Key Elements of Cost Composition and Role of Energy Storage Batteries in Power Grid

Key Elements of Cost Composition and Role of Energy Storage Batteries in Power Grid

Like other energy storage technologies, energy storage batteries can function as both energy suppliers and consumers at different times, forming a unique operational mode that combines cost and revenue and can be directly compared to other power generation technologies. The decision to build a new power plant depends on its initial construction cost and ongoing operating cost. Although the average construction cost of energy storage batteries is relatively low, they are not independent power sources and must purchase other generating units to charge them, and consider the energy loss during the charging and discharging process. The cost of batteries also depends on their technological characteristics.

The cost elements of energy storage batteries

  • Power capacity or rated capacity: in units of MW, it is the maximum instantaneous power that the battery can sustainably generate, which is equivalent to the power of a typical generator.
  • Energy capacity: in units of MWh, the total energy that the battery can charge and discharge.

The continuous discharge time of the battery is the ratio of its energy capacity to its power capacity. Short-term energy supply batteries are designed to provide electricity in a short time, usually within minutes to an hour, and the construction cost per MW is usually lower. Long-term energy supply batteries can provide power for several hours, and the cost per MW is relatively high. In terms of income, due to the limitations of charging time and cycle times on the optimal performance of energy storage batteries, the capacity factor of batteries is relatively low. However, some unique features of energy storage batteries can be integrated to improve economic benefits.

The role of energy storage batteries in the power grid

Maintaining the balance of power grid supply and demand

Energy storage batteries can maintain the balance of power grid supply and demand at multiple time scales (by second, minute, or hour). Energy storage batteries that can be charged quickly are particularly suitable for providing auxiliary services to the grid, such as grid frequency regulation.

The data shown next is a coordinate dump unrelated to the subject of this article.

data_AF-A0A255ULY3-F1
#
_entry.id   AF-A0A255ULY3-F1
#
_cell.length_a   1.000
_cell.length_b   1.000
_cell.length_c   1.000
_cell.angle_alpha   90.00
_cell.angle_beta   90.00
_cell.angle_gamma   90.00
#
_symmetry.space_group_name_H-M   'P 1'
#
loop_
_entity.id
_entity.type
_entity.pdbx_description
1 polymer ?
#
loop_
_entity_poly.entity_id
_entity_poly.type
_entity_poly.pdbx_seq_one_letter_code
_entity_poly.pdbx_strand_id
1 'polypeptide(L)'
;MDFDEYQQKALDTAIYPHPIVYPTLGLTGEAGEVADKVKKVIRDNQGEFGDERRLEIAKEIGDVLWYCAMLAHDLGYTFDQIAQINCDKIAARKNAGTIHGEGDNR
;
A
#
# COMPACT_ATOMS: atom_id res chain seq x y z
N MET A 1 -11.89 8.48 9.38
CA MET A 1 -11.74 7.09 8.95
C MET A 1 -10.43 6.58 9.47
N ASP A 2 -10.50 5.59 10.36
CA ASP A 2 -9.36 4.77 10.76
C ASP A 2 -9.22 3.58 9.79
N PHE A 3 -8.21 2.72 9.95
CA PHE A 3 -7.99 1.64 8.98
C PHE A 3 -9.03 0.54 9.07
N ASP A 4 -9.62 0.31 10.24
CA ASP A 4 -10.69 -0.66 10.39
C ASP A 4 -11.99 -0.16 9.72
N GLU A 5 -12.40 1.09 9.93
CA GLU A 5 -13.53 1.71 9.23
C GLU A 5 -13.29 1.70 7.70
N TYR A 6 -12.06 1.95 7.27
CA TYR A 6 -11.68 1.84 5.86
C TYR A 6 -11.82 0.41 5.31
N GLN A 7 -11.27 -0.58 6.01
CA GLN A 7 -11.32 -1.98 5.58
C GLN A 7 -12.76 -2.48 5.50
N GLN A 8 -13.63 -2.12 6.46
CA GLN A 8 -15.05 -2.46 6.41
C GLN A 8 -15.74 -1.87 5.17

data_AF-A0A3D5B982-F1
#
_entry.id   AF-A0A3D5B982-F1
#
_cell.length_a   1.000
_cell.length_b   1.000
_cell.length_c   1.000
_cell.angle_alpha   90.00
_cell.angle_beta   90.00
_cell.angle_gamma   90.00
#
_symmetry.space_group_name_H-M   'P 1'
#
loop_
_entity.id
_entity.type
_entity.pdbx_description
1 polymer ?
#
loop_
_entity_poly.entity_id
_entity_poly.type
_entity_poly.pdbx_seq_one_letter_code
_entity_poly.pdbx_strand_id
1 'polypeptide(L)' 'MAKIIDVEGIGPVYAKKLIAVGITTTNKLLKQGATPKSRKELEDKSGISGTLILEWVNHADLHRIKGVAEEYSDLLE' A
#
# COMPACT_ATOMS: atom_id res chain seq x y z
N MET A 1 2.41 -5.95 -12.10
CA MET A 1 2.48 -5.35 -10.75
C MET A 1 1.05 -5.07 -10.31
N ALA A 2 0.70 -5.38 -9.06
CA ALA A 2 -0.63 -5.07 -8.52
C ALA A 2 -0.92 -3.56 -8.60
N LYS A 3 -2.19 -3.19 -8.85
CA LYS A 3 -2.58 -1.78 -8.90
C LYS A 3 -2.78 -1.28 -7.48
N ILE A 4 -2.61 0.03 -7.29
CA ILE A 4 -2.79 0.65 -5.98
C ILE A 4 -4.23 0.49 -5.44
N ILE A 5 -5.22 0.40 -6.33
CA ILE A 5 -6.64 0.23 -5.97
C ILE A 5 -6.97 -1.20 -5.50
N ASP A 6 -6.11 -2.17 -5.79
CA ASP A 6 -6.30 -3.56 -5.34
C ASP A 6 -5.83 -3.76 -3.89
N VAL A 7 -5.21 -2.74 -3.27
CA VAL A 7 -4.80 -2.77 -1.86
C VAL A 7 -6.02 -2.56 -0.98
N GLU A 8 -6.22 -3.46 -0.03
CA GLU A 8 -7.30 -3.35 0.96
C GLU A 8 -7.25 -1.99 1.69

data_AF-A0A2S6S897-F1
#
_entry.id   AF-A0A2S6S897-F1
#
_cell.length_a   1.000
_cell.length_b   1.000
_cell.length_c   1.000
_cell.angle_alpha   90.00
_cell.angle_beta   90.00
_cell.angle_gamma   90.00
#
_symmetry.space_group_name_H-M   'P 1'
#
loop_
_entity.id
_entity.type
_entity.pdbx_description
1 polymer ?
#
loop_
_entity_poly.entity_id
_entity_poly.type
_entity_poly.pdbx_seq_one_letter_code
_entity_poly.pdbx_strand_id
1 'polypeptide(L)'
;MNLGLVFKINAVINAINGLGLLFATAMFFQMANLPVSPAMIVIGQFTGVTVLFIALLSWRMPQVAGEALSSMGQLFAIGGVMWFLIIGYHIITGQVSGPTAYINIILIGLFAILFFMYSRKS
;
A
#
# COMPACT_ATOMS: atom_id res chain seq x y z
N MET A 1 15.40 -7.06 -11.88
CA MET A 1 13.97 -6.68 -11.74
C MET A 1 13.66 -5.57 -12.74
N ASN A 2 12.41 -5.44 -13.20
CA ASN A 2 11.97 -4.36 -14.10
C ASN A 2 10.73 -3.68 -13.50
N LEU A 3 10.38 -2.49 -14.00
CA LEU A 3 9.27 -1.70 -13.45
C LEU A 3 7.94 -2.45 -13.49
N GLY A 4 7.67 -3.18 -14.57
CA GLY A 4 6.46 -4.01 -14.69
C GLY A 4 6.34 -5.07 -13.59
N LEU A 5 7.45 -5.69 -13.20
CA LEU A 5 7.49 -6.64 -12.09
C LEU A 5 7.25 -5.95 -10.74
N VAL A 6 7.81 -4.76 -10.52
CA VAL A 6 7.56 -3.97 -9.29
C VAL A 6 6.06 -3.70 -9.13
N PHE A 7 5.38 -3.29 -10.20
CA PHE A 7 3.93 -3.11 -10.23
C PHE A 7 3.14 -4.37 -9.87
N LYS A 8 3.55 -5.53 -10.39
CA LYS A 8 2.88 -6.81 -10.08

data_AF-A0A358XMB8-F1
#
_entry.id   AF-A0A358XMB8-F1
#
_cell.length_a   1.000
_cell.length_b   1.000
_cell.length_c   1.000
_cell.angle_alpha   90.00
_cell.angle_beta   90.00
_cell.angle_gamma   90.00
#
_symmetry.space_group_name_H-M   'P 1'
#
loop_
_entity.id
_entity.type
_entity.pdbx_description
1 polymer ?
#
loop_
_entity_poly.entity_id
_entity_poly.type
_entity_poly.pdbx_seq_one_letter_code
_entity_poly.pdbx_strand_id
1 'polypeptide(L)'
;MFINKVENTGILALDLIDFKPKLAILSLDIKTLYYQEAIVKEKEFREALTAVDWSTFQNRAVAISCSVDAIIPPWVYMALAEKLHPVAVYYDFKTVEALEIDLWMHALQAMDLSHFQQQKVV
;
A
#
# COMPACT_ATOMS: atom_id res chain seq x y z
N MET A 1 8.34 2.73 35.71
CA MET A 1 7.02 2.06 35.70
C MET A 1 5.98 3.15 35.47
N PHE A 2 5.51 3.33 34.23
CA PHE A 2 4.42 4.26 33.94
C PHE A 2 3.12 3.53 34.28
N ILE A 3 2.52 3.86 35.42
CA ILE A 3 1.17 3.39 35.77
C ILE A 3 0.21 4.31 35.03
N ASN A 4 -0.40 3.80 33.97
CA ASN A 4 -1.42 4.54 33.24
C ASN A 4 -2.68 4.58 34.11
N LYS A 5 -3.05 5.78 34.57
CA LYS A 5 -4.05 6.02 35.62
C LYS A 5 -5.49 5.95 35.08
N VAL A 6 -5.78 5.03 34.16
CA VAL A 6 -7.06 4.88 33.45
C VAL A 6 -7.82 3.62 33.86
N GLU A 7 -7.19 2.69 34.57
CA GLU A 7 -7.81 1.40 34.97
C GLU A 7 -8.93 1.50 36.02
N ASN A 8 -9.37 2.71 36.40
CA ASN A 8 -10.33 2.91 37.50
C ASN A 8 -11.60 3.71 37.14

Price arbitrage through grid peak shaving

Energy storage batteries can shave the grid peak, smooth the daily load curve, and buy electricity at lower prices (or negative prices) during low-price periods, and sell electricity during high-price periods, transferring part of the electricity demand from peak periods to other periods, thereby reducing the overall electricity supply cost and grid standby capacity, thus reducing the overall electricity price level.

Store and adjust renewable energy generation

Energy storage batteries can reduce the waste of renewable energy sources, store surplus solar and wind energy generation, and provide electricity to the grid or local loads when needed, thus reducing wholesale market negative prices caused by surplus wind and solar energy generation, and electricity prices surge during the nighttime peak period. By configuring energy storage batteries into solar and wind energy generation systems, operators can have better foresight for coordinated electricity generation and supply.

Delaying large-scale power grid infrastructure investment

With the continuous growth of electricity demand, some regions may need to expand their power grids by upgrading substations or building additional transmission and distribution lines to meet the demand on the load side, which will cost millions of dollars. This problem can be solved by installing energy storage batteries at key locations in the grid, which can reduce the cost of grid investment, meet the demand on the grid load side, and delay large-scale power grid infrastructure investment.

Lowering end-user electricity bills

Large users of electricity such as industry and commerce can reduce their electricity demand costs by using energy storage batteries during peak demand periods.

Serving as backup power

Energy storage batteries can provide backup electricity for distribution networks, enterprises, households, and other users during power outages to maintain power supply reliability. As part of a high-end microgrid configuration, energy storage batteries can help maintain power supply when microgrids are partially or temporarily isolated from the grid.

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